Tag: David Figlio

Report: Florida’s low-income tax credit students making academic gains

A new report on the academic performance of low-income students receiving Tax Credit Scholarships in Florida finds they are making modestly larger gains in reading and math than their counterparts in public school. That conclusion from 2009-10 test data is encouraging for those of us who work to provide these[Read More…]

AEI on vouchers: Does choice spur competition?

The American Enterprise Institute brought together some luminaries in academia and policy yesterday to ask whether vouchers “force public schools into a zero-sum game by redirecting public funds and promising students to private schools? Or do school-choice options spur healthy competition by pressuring public schools to improve.” The forum was[Read More…]

Very little to be afraid of

Today’s Philadelphia Inquirer devotes considerable attention to the impact school vouchers have on public schools. At a time when opponents to publicly funded private learning options are lobbing rhetorical hand grenades in several states, particularly in Pennsylvania and New Jersey, Inquirer reporter Adrienne Lu offers this fair-minded assessment: While studies are relatively[Read More…]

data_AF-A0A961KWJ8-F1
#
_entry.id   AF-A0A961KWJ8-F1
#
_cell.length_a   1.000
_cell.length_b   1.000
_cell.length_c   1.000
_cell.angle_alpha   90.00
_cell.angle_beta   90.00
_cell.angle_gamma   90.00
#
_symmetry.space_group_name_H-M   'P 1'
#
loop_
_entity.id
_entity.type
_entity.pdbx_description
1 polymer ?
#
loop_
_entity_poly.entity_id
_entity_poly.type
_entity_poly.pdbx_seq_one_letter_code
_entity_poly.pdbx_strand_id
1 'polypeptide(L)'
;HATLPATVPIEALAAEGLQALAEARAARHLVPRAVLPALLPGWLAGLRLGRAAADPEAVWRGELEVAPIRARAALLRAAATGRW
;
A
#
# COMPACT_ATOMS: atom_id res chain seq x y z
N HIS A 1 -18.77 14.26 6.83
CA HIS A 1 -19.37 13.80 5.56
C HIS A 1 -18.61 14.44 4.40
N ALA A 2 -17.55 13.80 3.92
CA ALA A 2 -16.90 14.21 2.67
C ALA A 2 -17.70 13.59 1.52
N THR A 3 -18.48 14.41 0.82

Through the choices they make, students help all schools to innovate and improve

Last week, I wrote that two Florida school choice programs, the McKay Scholarship for Students with Disabilities and the Florida Tax Credit Scholarship for low-income students, help increase student achievement by providing competition. To support my assertion, I cited research by Northwestern University researchers David Figlio and Cassandra M.D. Hart,[Read More…]

What school choice contributes to systemic improvements in education: A spotlight on Florida

I’ve spent the previous two days discussing accomplishments in Jeb Bush’s tenure as Florida’s governor while highlighting that, despite Bush’s forceful leadership and insistence that high-poverty, minority children would succeed, the state has failed to implement all the systemic improvements the governor envisioned. But one significant change that did occur during[Read More…]